Patent application title: VEHICLE WIND TURBINE
Paul Robert Bennett (Powell, OH, US)
Keith A. Overton (Columbus, OH, US)
William E. Stimel (Alexandria, OH, US)
CVG Management Corporation
IPC8 Class: AH02P904FI
Class name: Electric control fluid-current motors wind
Publication date: 2012-03-08
Patent application number: 20120056428
Systems and methods of capturing and channeling air through a wind
turbine mounted atop a truck (or vehicle roof) are disclosed. The air can
be channeled through a specially designed truck roof into an inlet of a
wind turbine. In other aspects, ductwork can be used to channel and
direct air captured while the truck is in motion. The wind turbine can be
a traditional propeller-based turbine. In other aspects, air foil
technologies can be employed to increase air flow to and through a
1. A system that facilitates conversion of wind energy to electricity in
a truck, comprising: a flow capture component that collects air that
flows through a truck roof when the truck is in motion; and an energy
conversion component that receives a subset of the air captured atop the
truck roof and converts the subset of the air into electrical energy,
wherein the subset of the air is selectively channeled through the energy
2. The system of claim 1, wherein the electrical energy facilitates power to a plurality of amenities.
3. The system of claim 1, further comprising an energy store component that retains a subset of the electrical energy in a plurality of batteries.
4. The system of claim 3, wherein the plurality of batteries are Li-Ion batteries.
5. The system of claim 3, wherein a subset of the plurality of batteries are stored within a trailer floor area.
6. The system of claim 3, wherein a subset of the plurality of batteries are stored within a cab floor area.
7. The system of claim 1, wherein the energy conversion component is a propeller-based turbine system.
8. The system of claim 1, wherein the energy conversion component includes a wind foil component that increases air flow through a turbine component.
9. The system of claim 1, wherein the flow capture component includes a molded roof structure having a defined center-channel that directs air through a wind turbine.
10. The system of claim 9, wherein the molded roof is one of a composite or plastic roof structure.
11. The system of claim 1, further comprising a louver system that employs at least one of mechanical or motorized operation to one of open or close one or more of the louvers positioned on a front end of a truck cab.
12. The system of claim 11, wherein the louver system, when closed, enhances direction of air into a wind turbine.
13. The system of claim 11, wherein the louver system when open, allows air into a duct that channels a subset of the air into a wind turbine.
14. The system of claim 1, further comprising a visor assembly that facilitates air to enter a wind turbine.
15. A method of generating DC (direct current) electricity, comprising: providing a wind turbine on a vehicle; capturing air upon motion of the vehicle; and channeling a subset of the air to the wind turbine, wherein the wind turbine generates the DC electricity.
16. The method of claim 15, further comprising regulating one of velocity or amount of the air that is channeled to the wind turbine.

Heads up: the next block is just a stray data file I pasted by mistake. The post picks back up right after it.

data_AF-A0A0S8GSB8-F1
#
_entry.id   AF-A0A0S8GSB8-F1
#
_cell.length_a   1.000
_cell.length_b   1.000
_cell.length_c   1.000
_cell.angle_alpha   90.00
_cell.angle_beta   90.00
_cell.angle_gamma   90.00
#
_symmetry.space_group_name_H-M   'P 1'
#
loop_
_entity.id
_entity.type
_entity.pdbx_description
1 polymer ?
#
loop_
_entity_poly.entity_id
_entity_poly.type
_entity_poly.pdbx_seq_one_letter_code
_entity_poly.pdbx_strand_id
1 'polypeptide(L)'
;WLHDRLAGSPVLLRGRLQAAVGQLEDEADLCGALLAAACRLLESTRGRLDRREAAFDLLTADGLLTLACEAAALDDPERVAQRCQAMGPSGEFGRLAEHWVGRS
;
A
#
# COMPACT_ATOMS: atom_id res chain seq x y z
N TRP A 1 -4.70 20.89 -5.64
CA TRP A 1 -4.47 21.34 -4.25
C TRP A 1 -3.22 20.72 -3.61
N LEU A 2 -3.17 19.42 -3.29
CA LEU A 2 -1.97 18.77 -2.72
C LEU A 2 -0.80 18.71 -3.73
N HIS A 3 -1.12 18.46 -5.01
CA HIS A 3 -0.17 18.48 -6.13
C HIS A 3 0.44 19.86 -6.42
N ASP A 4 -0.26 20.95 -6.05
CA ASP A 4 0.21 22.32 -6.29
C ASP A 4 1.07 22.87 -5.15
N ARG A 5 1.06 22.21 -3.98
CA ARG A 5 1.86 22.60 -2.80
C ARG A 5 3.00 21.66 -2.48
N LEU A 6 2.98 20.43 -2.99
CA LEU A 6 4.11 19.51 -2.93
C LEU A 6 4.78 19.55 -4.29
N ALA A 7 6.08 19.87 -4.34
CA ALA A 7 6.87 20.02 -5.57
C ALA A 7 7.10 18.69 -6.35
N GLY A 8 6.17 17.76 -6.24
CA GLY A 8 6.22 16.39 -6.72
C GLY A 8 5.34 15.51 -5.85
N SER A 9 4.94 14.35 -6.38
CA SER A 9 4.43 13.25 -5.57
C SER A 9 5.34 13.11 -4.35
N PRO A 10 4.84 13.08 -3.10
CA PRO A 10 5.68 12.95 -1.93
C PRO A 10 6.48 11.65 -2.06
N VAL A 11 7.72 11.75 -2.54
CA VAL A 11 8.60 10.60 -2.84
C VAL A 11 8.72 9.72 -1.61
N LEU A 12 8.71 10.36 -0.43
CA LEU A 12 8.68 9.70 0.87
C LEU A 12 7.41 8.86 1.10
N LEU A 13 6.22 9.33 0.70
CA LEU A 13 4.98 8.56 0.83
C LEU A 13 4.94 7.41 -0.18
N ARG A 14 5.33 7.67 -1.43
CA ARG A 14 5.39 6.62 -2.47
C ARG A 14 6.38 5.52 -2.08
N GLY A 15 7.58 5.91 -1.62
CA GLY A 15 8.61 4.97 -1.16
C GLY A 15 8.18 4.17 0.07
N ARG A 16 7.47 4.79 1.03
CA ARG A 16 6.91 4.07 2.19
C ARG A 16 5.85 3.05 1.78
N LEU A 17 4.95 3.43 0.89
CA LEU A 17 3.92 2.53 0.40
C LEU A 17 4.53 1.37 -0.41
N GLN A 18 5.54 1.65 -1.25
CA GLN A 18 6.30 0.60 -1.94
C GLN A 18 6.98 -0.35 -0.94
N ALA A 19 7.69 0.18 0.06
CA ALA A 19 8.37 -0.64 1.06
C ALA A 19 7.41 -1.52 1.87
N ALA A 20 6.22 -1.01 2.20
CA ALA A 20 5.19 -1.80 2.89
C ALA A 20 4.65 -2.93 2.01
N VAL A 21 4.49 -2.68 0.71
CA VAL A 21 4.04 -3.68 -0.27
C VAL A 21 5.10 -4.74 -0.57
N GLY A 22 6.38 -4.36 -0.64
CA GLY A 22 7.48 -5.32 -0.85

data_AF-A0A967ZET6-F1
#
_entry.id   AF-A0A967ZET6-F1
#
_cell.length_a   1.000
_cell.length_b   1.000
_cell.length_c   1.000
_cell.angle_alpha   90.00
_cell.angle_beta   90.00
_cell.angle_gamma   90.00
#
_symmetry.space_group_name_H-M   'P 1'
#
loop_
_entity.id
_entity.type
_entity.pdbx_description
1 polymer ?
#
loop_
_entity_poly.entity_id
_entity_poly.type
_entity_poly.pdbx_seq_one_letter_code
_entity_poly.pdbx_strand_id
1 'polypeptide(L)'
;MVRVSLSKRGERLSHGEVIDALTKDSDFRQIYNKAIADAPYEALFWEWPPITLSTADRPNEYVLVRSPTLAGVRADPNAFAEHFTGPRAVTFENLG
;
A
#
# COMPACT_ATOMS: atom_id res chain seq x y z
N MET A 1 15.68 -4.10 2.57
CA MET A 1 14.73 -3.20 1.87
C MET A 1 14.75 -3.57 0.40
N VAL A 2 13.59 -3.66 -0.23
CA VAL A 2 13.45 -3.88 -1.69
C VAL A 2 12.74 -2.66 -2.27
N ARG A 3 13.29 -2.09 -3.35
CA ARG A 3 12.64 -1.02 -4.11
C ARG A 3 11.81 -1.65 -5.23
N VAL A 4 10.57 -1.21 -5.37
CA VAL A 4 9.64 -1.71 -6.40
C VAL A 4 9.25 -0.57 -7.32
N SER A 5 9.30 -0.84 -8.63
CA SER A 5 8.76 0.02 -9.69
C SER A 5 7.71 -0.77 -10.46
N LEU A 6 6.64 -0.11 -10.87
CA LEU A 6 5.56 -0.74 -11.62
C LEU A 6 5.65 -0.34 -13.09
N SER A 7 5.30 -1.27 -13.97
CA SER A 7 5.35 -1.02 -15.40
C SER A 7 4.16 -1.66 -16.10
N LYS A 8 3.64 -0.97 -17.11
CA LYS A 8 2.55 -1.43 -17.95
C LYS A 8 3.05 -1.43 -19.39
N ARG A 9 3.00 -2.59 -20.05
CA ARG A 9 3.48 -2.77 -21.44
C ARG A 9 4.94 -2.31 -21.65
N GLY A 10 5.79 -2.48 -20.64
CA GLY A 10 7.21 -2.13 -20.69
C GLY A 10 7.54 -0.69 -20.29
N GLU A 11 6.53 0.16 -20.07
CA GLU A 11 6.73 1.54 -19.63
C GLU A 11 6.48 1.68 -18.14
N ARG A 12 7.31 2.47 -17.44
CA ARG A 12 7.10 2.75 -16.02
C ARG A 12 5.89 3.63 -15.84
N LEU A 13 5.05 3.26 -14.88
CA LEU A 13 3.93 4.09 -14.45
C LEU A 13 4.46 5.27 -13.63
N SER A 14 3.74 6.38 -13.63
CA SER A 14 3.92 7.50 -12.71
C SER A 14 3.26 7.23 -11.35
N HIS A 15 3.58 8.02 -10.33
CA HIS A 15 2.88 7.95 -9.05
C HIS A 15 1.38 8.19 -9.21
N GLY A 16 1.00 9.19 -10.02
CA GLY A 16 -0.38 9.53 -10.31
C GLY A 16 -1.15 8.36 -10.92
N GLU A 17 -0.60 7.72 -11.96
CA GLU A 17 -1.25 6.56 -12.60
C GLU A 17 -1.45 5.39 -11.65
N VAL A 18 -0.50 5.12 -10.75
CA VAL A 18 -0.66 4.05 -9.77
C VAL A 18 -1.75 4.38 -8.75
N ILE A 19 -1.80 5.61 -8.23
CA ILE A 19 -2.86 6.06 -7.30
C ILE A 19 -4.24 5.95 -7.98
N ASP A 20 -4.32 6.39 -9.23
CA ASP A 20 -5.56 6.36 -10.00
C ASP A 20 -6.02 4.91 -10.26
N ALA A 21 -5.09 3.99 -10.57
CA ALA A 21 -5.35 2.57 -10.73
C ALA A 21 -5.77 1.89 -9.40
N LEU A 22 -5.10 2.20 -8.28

17. The method of claim 16, wherein the act of regulating includes reducing one of velocity or amount of the air.
18. The method of claim 16, wherein the act of regulating includes increasing one of velocity or amount of the air.
19. A system of generating DC electricity, comprising: means for capturing air upon motion of vehicle; means for channeling the air to a wind turbine that is mounted within a roof hood of a long haul truck, wherein the wind turbine generates the DC electricity based upon an amount of air; and means for storing the DC electricity.
20. The method of claim 19, further comprising means for regulating the amount of air to the wind turbine.
CROSS-REFERENCE TO RELATED APPLICATIONS
 This application claims the benefit of U.S. Provisional Patent application Ser. No. 61/379,955 entitled "VEHICLE WIND TURBINE" and filed Sep. 3, 2010. The entirety of the above-noted application is incorporated by reference herein.
 With today's emphasis on renewable and green energies, wind turbines have become more and more popular in "wind farms." A wind turbine is essentially a rotary device that extracts energy from wind power. In traditional applications, where the mechanical energy is used directly by machinery, e.g., for pumping water and cutting lumber, the machine is called often referred to as a windmill. On the other hand, if the mechanical energy is converted to electricity, the machine is most often referred to as a generator or wind generator. Oftentimes, these generators are also referred to as a wind turbine or wind turbine generator.
 In commercial applications, turbines used in wind farms for production of electric power are usually multi- or three-bladed fans mounted atop a 200 to 300 foot tall tower. To maximize efficiency, the units are computer controlled and positioned into the direction of the wind using motors. It is not uncommon for the blades to rotate in excess of 200 miles per hour. Thus, to enhance longevity, braking systems are often used to maintain a desired rotational speed.
 In typical scenarios, the blades rotate between approximately 10-22 revolutions per minute. While gear boxes are commonly used to step up the speed of the generator, alternative designs also use direct drive units. As mentioned above, most all turbines are equipped with breaking systems and/or shut-down features to avoid damage at high wind speeds.
 Unfortunately, wind turbine systems have not been effectively used in vehicular applications. In particular, turbines and generators have not been used in the trucking industry where constant air flow is somewhat of a byproduct of constant high speed freeway travel.